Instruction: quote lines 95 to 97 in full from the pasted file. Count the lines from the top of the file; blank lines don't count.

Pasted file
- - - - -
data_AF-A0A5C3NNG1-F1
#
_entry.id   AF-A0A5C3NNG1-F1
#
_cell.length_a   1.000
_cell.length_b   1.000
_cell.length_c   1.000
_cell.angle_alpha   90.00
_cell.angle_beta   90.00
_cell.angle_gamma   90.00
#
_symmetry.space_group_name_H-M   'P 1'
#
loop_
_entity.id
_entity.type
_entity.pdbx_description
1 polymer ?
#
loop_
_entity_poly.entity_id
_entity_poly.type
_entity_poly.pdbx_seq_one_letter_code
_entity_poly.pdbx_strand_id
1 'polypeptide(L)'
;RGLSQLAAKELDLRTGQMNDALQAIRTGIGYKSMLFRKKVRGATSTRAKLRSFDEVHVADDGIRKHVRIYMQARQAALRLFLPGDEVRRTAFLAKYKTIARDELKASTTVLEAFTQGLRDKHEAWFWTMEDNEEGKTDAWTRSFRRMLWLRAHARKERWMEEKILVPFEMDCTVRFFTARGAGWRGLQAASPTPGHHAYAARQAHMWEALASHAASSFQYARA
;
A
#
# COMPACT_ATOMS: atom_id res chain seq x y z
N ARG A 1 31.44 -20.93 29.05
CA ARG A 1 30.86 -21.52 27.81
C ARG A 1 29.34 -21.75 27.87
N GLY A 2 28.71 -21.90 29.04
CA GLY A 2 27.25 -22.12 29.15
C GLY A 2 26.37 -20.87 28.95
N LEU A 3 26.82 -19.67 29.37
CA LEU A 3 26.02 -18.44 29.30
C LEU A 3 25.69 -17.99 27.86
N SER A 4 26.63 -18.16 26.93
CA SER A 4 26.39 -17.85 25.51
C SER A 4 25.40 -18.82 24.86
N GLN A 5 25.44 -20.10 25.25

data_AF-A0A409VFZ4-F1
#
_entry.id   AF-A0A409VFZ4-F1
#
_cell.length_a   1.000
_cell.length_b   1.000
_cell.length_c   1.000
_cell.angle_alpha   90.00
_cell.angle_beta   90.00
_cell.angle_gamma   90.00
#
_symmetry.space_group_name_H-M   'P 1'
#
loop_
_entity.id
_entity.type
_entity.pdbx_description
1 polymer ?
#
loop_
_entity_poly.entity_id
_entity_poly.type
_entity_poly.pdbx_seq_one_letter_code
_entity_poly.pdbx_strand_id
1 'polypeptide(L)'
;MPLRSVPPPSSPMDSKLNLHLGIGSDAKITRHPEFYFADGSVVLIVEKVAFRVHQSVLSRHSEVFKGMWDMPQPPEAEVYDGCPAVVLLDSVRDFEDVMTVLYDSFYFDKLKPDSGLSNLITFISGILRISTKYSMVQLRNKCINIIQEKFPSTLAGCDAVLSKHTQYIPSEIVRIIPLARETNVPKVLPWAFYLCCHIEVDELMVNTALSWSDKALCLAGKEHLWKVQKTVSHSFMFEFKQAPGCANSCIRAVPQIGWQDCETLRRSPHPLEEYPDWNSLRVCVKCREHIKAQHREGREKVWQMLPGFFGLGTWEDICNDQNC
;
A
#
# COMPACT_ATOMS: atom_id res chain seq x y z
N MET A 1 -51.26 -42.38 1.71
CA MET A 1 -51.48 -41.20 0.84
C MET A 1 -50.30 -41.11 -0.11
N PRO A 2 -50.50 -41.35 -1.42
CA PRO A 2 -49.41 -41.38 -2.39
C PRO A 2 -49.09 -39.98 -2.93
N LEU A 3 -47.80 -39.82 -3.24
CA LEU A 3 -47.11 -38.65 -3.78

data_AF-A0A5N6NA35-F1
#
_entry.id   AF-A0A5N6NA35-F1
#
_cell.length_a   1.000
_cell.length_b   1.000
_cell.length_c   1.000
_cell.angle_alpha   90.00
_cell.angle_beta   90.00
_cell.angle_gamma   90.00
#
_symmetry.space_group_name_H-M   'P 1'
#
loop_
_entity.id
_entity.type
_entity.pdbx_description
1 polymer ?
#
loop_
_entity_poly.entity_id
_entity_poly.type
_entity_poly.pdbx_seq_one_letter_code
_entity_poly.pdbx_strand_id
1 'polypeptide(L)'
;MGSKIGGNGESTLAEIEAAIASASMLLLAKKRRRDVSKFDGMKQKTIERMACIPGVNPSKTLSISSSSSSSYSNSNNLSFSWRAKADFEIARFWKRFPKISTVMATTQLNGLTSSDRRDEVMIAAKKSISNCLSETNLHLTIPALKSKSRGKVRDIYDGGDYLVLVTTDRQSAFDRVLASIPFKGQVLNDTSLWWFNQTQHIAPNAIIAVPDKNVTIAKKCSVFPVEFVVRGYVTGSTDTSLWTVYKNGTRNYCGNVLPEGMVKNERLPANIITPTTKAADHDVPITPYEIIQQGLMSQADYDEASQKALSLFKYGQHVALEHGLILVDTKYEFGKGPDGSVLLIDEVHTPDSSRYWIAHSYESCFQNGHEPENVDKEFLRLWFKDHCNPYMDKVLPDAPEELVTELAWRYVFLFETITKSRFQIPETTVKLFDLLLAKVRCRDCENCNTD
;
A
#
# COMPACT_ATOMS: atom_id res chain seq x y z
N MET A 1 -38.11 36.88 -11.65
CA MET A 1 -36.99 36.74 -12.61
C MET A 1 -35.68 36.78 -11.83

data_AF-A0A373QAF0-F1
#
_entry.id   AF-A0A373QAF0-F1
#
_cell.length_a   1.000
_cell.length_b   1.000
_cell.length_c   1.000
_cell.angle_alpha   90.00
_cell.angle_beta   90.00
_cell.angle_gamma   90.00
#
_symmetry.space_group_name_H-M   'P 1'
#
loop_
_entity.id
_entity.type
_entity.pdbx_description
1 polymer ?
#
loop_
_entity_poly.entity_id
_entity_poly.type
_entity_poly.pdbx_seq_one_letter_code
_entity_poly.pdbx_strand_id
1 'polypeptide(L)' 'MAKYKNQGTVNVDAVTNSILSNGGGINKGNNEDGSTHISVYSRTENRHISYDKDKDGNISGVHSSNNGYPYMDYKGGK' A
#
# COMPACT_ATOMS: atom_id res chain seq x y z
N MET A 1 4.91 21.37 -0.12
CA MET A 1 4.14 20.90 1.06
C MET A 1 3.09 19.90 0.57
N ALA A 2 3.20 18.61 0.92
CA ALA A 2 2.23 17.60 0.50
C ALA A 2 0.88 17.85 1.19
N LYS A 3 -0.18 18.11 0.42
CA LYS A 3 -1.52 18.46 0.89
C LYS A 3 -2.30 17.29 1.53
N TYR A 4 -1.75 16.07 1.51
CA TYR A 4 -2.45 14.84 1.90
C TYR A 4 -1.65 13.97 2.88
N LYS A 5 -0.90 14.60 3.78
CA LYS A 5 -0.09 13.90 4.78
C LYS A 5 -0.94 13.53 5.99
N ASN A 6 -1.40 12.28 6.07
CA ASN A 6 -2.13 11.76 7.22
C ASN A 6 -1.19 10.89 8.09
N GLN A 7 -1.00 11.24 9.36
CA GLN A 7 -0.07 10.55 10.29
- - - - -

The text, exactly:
loop_
_entity.id
_entity.type